House photo from Shutterstock.

Renters and homeowners in the Washington region of all income levels have trouble finding housing they can afford. This is a serious challenge to the area’s economic competitiveness and quality of life.

Although our region has generally higher incomes and wages than most other places in the country, it has also long been among the country’s most expensive metropolitan areas. Incomes have not kept pace with the rising cost of housing.

As a result, too many families in DC, northern Virginia, and Maryland are struggling to stay afloat or find places to live which they can afford. Two recent reports commissioned by my organization, Enterprise Community Partners (Call the Question: Will the Greater Washington Region Collaborate and Invest to Solve Its Affordable Housing Shortage? and The Greater Washington Region’s Future Housing Needs: 2023), make clear that we’ll need to implement large-scale solutions to end the region’s housing crisis for good.

Almost one third of owner households in the region pay more than 30 percent of their monthly income in housing costs. And nearly half of all renter households have struggled with rising housing costs, including more than 150,000 families who pay more than half their income in housing costs each month.

This problem affects everyone, but low-income residents most of all. 75 percent of the 1.14 million owned or for sale homes in the area are not affordable to low-income buyers without assistance. The region will add more than 400,000 new households by 2023, and nearly 150,000 of those will make 80 percent or less of the area’s median income, the majority renters. That creates a significant new housing need on top of the quarter million lower-income households in the region that were already cost-burdened between 2009 and 2011.

There simply isn’t enough housing. Higher-income families are often moving into homes that in years past would have been occupied by lower-income families, putting added strain on supply. Substantial progress on regional affordable housing relies on the willingness of multiple sectors to acknowledge the growing need our communities face and mobilize accordingly to drive economic progress and create opportunity for residents.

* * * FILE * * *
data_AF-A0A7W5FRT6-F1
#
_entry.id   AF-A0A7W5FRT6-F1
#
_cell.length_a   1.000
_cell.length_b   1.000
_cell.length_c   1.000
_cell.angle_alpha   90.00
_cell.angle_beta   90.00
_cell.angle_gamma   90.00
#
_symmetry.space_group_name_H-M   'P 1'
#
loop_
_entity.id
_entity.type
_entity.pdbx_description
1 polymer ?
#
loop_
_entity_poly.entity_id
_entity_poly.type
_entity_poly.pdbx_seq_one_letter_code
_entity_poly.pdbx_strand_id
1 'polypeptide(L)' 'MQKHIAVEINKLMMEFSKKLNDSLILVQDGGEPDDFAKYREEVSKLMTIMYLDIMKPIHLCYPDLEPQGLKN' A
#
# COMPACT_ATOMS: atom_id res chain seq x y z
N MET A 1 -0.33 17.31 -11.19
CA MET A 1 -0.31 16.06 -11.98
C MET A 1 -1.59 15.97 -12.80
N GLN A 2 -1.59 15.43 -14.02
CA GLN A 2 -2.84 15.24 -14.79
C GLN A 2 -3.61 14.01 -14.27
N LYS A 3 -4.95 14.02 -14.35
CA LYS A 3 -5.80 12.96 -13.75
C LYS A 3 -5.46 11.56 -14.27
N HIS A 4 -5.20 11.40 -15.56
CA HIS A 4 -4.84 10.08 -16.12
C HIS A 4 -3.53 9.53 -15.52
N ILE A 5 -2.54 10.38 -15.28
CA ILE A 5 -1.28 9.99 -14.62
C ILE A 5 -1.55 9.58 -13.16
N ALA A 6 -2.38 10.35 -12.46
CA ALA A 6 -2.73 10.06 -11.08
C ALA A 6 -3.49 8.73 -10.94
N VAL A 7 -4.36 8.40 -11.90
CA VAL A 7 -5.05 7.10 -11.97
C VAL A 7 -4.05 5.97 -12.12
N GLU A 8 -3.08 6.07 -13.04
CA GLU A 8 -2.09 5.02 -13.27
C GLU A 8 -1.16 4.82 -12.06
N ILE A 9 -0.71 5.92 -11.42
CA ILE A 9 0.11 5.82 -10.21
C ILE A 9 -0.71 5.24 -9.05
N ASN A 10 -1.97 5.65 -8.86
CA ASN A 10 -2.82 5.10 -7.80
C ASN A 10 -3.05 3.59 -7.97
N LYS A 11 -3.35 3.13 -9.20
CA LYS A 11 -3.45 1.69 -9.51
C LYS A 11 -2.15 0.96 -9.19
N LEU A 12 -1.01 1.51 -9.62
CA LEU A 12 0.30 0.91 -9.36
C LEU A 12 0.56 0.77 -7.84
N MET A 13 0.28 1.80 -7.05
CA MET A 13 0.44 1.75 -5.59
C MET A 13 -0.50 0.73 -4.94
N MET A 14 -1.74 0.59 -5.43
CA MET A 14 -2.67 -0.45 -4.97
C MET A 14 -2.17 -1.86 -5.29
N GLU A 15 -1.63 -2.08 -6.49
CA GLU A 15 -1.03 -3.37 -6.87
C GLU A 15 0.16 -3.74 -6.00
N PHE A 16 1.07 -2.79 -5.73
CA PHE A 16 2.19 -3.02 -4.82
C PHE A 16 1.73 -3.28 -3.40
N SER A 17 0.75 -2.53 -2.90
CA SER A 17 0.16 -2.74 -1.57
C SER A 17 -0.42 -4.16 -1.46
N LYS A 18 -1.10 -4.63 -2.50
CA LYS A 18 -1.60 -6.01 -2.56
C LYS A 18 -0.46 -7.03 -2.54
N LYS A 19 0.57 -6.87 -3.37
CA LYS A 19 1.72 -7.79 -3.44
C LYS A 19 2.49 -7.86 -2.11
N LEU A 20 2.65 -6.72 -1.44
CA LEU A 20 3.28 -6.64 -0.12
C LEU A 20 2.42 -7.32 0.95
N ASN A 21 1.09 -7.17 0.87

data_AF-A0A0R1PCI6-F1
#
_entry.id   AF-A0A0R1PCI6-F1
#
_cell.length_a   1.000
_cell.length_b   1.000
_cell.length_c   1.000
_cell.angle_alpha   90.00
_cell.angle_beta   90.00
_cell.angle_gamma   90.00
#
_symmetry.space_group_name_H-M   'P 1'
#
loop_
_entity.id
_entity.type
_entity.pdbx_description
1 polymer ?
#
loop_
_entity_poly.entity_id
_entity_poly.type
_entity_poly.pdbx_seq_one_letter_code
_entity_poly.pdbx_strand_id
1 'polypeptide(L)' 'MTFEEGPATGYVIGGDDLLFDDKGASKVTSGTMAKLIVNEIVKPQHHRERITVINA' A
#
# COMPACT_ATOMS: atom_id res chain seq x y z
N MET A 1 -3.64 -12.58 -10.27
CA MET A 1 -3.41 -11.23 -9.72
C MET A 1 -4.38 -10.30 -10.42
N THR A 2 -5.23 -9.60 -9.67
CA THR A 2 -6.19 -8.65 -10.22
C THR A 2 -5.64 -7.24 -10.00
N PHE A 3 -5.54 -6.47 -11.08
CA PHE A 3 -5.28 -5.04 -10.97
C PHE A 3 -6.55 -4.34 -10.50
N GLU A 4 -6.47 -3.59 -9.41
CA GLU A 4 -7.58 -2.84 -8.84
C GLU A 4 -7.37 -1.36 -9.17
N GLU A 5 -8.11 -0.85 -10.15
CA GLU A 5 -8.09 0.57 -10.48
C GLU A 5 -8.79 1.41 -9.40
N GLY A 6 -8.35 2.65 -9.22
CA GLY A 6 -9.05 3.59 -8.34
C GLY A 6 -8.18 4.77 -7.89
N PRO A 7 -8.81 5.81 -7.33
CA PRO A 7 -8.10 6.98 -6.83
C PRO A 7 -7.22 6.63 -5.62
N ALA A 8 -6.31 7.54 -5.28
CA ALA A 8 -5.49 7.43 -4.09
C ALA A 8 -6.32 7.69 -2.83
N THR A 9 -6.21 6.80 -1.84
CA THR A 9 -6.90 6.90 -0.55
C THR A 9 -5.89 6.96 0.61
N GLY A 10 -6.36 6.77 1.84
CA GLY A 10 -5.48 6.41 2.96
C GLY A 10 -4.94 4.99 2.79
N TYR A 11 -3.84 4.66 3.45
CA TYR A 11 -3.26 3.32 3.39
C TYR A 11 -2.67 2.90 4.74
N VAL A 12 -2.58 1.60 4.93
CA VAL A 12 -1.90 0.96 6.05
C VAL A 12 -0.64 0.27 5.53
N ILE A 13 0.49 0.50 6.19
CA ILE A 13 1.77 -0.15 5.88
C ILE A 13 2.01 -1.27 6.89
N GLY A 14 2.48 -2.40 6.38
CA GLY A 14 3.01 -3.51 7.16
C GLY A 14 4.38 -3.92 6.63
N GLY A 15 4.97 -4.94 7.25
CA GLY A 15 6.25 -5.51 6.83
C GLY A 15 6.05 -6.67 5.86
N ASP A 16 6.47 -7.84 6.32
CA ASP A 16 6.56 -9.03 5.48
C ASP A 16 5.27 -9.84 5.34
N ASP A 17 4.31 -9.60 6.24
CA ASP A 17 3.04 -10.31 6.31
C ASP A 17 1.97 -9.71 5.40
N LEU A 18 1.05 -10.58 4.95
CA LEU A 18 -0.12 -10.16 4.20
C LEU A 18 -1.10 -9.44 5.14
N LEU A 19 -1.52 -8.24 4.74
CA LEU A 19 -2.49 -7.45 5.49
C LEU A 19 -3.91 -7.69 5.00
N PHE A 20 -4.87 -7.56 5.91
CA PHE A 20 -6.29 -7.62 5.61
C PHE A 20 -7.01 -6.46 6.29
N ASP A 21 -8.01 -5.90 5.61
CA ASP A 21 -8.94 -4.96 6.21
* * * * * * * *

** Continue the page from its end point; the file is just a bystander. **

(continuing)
Most affordable housing development nationwide over the past 25 years has been financed with private-sector investments made possible by the Low-Income Housing Tax Credit, America’s main tool for creating and preserving affordable housing. However, in most high-cost urban regions, additional subsidies have been required to produce housing affordable to low- and moderate-income people—and they annually face cuts.

New strategies will need to make up for this gap in financing affordable housing, including new and creative uses of public land and private sector capital and land.

Regional governments also will have to plan for adequate new housing at all levels so that an undersupply of housing does not push prices up faster than public programs can keep up.

Bold policies at all levels of government and in the private sector must reinforce a regional and national commitment to make transformative progress. If we’re serious about putting an end to the affordable housing crisis in the region, we’ll need a comprehensive action plan focused on increasing the overall supply of housing and sources of capital while also reducing development costs. But success is ultimately a matter of political will.

Our economic competitiveness as a region will depend in no small part on us addressing this housing affordability challenge. Small thinking will not address a big challenge.  We need to stop having million dollar conversations about billion dollar problems. Housing people can afford is a critical infrastructure need and should be addressed as such.

There is no magic bullet solution to the housing challenge facing the DC region or to the growing national housing crisis. Ultimately, the challenge is recognizing that housing production and preservation isn’t a choice but rather a necessity to prepare the DC region for the future. It’s time to make housing issues one of our top priorities.

David Bowers is vice president and Mid-Atlantic market leader for Enterprise Community Partners. David earned his bachelor’s degree from the University of Virginia and his Master of Divinity from Howard University. He is an ordained minister and the founder of the all-volunteer NO MURDERS DC movement, launched in 2000, and a founding member of the Greater Washington chapter of 100 Black Men.